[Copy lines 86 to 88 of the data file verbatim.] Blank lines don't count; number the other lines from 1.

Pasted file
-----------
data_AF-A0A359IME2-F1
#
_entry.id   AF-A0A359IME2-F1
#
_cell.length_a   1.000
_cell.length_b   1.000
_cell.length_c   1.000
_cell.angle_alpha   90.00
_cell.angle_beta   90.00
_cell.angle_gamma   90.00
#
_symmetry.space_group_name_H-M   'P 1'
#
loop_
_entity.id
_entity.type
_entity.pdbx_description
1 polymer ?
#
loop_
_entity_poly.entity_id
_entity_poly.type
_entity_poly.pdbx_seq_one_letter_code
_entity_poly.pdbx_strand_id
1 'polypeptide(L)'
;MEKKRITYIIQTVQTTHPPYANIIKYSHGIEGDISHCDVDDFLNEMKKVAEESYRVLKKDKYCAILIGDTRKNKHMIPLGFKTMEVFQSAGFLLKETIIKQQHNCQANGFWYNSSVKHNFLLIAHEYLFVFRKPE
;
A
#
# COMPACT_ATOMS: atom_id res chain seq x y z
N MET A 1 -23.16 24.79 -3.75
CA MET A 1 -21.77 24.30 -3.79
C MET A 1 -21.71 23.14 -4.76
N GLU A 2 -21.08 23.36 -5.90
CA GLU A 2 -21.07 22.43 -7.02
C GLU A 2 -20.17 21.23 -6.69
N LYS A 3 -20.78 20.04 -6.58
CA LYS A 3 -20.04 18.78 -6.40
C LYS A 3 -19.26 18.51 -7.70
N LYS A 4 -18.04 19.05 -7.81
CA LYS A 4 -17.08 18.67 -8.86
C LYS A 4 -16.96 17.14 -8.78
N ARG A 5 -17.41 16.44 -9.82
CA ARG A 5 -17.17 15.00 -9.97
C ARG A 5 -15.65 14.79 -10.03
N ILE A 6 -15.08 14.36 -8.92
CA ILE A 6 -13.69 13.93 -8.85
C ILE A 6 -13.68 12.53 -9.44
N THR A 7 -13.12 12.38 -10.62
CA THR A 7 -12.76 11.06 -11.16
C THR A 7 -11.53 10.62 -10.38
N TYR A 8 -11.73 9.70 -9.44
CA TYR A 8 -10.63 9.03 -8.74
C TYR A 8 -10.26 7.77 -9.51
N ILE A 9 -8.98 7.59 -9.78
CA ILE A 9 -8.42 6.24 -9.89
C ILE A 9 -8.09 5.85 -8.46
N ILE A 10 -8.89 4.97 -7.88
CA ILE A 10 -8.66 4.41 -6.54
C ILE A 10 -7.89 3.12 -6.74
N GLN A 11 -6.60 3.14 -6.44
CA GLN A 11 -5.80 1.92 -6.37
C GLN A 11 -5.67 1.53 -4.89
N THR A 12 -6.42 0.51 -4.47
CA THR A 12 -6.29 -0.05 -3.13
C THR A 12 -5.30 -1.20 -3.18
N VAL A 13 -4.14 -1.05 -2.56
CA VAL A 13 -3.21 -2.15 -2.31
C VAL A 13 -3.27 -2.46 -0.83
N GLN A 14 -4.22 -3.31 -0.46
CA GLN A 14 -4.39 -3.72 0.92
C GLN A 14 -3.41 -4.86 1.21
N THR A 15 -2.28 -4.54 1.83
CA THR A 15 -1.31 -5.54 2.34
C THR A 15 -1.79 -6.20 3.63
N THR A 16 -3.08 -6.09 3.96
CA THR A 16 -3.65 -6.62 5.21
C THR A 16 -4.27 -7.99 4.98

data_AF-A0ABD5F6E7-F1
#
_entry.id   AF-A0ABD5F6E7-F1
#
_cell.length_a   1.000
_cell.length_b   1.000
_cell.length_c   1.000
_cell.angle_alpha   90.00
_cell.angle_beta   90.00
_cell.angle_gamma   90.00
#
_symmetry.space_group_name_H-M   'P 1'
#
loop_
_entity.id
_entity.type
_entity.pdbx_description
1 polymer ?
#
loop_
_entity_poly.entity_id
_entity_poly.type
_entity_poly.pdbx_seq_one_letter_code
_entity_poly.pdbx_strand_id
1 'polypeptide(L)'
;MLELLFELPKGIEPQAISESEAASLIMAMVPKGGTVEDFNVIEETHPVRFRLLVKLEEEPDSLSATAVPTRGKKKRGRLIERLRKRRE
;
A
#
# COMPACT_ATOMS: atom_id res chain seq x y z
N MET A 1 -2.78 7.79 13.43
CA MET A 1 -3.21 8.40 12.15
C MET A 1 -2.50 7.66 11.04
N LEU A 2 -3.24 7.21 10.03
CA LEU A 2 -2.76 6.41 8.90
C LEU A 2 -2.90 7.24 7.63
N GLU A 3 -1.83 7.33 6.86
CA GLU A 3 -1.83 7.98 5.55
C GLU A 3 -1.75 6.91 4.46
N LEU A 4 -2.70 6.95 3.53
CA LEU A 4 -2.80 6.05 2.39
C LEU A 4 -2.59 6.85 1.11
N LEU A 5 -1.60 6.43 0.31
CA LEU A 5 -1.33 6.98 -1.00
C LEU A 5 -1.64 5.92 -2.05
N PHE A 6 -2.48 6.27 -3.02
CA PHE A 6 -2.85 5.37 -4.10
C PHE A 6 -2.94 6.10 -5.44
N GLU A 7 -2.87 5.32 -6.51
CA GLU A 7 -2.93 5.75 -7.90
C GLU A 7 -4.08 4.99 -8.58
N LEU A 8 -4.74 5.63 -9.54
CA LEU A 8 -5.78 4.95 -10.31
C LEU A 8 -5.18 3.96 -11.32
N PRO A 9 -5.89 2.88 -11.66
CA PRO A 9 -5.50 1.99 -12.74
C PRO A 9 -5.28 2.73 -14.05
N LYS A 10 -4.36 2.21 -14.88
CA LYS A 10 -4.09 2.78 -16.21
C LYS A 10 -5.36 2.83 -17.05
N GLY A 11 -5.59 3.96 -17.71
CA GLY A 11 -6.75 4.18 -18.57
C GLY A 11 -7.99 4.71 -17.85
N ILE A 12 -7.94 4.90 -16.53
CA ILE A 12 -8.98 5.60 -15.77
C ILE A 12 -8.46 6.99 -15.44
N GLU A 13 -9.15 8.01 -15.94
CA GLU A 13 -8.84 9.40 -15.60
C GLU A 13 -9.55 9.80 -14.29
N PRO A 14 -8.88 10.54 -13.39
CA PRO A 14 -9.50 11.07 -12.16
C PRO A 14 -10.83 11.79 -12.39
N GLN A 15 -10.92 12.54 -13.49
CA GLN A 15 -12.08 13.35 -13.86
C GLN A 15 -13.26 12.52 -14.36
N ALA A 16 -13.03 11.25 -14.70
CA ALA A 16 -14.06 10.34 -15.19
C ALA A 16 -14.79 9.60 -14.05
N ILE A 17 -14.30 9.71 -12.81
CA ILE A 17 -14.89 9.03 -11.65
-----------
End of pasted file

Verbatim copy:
_cell.angle_alpha   90.00
_cell.angle_beta   90.00
_cell.angle_gamma   90.00